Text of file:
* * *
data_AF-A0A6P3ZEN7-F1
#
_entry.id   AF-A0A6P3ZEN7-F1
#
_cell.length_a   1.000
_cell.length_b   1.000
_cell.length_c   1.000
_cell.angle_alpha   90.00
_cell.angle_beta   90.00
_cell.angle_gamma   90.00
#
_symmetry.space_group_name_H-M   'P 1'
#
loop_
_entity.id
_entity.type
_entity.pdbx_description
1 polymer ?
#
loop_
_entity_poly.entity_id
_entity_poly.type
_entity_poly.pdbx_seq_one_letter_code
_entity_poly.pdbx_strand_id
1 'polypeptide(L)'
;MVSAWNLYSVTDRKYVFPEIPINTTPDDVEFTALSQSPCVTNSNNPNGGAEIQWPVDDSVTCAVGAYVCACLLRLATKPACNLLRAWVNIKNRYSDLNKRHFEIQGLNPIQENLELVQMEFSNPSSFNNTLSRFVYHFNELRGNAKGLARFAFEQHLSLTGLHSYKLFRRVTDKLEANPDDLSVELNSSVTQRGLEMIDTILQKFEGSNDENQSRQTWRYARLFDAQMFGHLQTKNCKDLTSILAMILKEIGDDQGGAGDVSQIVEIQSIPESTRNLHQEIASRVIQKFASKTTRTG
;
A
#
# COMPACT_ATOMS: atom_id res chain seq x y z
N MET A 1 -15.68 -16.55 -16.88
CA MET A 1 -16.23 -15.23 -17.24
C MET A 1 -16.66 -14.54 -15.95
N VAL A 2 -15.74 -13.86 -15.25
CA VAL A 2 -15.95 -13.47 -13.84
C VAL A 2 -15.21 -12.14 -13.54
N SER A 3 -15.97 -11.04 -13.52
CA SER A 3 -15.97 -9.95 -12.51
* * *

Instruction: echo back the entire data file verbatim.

data_AF-A0A6P3ZEN7-F1
#
_entry.id   AF-A0A6P3ZEN7-F1
#
_cell.length_a   1.000
_cell.length_b   1.000
_cell.length_c   1.000
_cell.angle_alpha   90.00
_cell.angle_beta   90.00
_cell.angle_gamma   90.00
#
_symmetry.space_group_name_H-M   'P 1'
#
loop_
_entity.id
_entity.type
_entity.pdbx_description
1 polymer ?
#
loop_
_entity_poly.entity_id
_entity_poly.type
_entity_poly.pdbx_seq_one_letter_code
_entity_poly.pdbx_strand_id
1 'polypeptide(L)'
;MVSAWNLYSVTDRKYVFPEIPINTTPDDVEFTALSQSPCVTNSNNPNGGAEIQWPVDDSVTCAVGAYVCACLLRLATKPACNLLRAWVNIKNRYSDLNKRHFEIQGLNPIQENLELVQMEFSNPSSFNNTLSRFVYHFNELRGNAKGLARFAFEQHLSLTGLHSYKLFRRVTDKLEANPDDLSVELNSSVTQRGLEMIDTILQKFEGSNDENQSRQTWRYARLFDAQMFGHLQTKNCKDLTSILAMILKEIGDDQGGAGDVSQIVEIQSIPESTRNLHQEIASRVIQKFASKTTRTG
;
A
#
# COMPACT_ATOMS: atom_id res chain seq x y z
N MET A 1 -15.68 -16.55 -16.88
CA MET A 1 -16.23 -15.23 -17.24
C MET A 1 -16.66 -14.54 -15.95
N VAL A 2 -15.74 -13.86 -15.25
CA VAL A 2 -15.95 -13.47 -13.84
C VAL A 2 -15.21 -12.14 -13.54
N SER A 3 -15.97 -11.04 -13.52
CA SER A 3 -15.97 -9.95 -12.51